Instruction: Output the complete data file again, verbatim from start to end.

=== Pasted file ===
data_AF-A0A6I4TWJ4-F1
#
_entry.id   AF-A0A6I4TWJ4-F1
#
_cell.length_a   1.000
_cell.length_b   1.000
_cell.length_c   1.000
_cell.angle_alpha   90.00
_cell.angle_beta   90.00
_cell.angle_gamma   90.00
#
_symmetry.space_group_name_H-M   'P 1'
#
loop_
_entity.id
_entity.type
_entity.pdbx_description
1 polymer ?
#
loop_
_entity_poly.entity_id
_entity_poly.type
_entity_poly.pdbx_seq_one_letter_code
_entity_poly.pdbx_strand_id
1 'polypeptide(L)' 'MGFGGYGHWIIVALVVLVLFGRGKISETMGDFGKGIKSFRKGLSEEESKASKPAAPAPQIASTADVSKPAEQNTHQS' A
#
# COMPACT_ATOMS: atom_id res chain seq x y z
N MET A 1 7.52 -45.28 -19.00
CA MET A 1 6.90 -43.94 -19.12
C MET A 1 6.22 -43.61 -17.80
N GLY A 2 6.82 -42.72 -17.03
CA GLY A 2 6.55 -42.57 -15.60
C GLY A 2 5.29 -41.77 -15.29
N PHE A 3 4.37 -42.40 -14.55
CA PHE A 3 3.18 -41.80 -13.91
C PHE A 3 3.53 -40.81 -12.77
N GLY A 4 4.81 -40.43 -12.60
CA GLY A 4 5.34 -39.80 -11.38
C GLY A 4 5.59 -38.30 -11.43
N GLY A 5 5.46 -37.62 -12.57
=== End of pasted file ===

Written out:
data_AF-A0A6I4TWJ4-F1
#
_entry.id   AF-A0A6I4TWJ4-F1
#
_cell.length_a   1.000
_cell.length_b   1.000
_cell.length_c   1.000
_cell.angle_alpha   90.00
_cell.angle_beta   90.00
_cell.angle_gamma   90.00
#
_symmetry.space_group_name_H-M   'P 1'
#
loop_
_entity.id
_entity.type
_entity.pdbx_description
1 polymer ?
#
loop_
_entity_poly.entity_id
_entity_poly.type
_entity_poly.pdbx_seq_one_letter_code
_entity_poly.pdbx_strand_id
1 'polypeptide(L)' 'MGFGGYGHWIIVALVVLVLFGRGKISETMGDFGKGIKSFRKGLSEEESKASKPAAPAPQIASTADVSKPAEQNTHQS' A
#
# COMPACT_ATOMS: atom_id res chain seq x y z
N MET A 1 7.52 -45.28 -19.00
CA MET A 1 6.90 -43.94 -19.12
C MET A 1 6.22 -43.61 -17.80
N GLY A 2 6.82 -42.72 -17.03
CA GLY A 2 6.55 -42.57 -15.60
C GLY A 2 5.29 -41.77 -15.29
N PHE A 3 4.37 -42.40 -14.55
CA PHE A 3 3.18 -41.80 -13.91
C PHE A 3 3.53 -40.81 -12.77
N GLY A 4 4.81 -40.43 -12.60
CA GLY A 4 5.34 -39.80 -11.38
C GLY A 4 5.59 -38.30 -11.43
N GLY A 5 5.46 -37.62 -12.57